Authors: Dworkin JP, Abkarian GG
Title: Treatment of phonation in a patient with apraxia and dysarthria secondary to severe closed head injury
Source: Journal of Medical Speech Language Pathology 1996 4(2): 105-115
Year: 1996
Research Design: Single Case Design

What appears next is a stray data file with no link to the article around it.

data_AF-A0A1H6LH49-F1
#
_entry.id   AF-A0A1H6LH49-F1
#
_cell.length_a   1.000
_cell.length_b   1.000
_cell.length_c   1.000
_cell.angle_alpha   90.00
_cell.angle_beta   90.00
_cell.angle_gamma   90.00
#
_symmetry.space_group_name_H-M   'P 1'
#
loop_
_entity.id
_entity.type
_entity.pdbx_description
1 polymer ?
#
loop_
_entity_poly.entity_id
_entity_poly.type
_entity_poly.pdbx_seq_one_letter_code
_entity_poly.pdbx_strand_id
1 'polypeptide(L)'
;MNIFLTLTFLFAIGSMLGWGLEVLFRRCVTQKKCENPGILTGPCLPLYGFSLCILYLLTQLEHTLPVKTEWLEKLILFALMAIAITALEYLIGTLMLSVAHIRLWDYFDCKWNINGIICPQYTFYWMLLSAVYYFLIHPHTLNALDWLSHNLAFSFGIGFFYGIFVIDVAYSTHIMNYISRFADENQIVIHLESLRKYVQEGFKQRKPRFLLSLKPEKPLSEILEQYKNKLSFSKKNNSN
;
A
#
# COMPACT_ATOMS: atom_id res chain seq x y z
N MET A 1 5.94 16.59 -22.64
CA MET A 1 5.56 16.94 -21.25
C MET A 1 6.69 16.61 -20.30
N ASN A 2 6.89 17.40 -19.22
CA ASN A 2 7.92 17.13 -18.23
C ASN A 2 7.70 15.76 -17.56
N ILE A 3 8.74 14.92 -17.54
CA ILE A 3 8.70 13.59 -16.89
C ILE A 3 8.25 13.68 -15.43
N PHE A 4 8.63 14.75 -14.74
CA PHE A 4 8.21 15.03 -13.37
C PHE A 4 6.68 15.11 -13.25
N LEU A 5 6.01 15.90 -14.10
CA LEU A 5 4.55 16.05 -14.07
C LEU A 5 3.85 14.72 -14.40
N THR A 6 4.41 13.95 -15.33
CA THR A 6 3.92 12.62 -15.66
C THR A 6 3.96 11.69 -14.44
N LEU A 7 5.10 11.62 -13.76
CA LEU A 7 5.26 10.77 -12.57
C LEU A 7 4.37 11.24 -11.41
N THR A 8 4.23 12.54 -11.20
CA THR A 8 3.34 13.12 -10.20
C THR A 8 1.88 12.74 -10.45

This study involved a young adult male who suffered a closed head injury and diffuse encephalopathy. He exhibited profound dysphonia and moderate degrees of articulatory imprecision, hypernasality, and prosodic insuffficiency. The diagnosis rendered included a mixture of apraxia of phonation, apraxia of speech, and unilateral upper motor neuron dysarthria. Although he was not aphasic, he had moderate cognitive and profound short-term memory difficulties. At the time of referral, 14 months post-trauma, he was unable to initiate and sustain phonation and primitive vocalizations were unintelligible; he used a computer typewriter to communicate. This paper describes the first phase of speech intervention, which focused exclusively on facilitating voice output. The regimen employed a hierarchy of voice-motor activities that were paced with a metronome. At the conclusion of this phase of treatment, the patient demonstrated clinically significant phonatory improvements, enabling subsequent therapeutic focus on other speech subsystems. The reasons why this treatment approach was successful when previous speech therapy had failed are explored, and the benefit of the external pacing technique is addressed.

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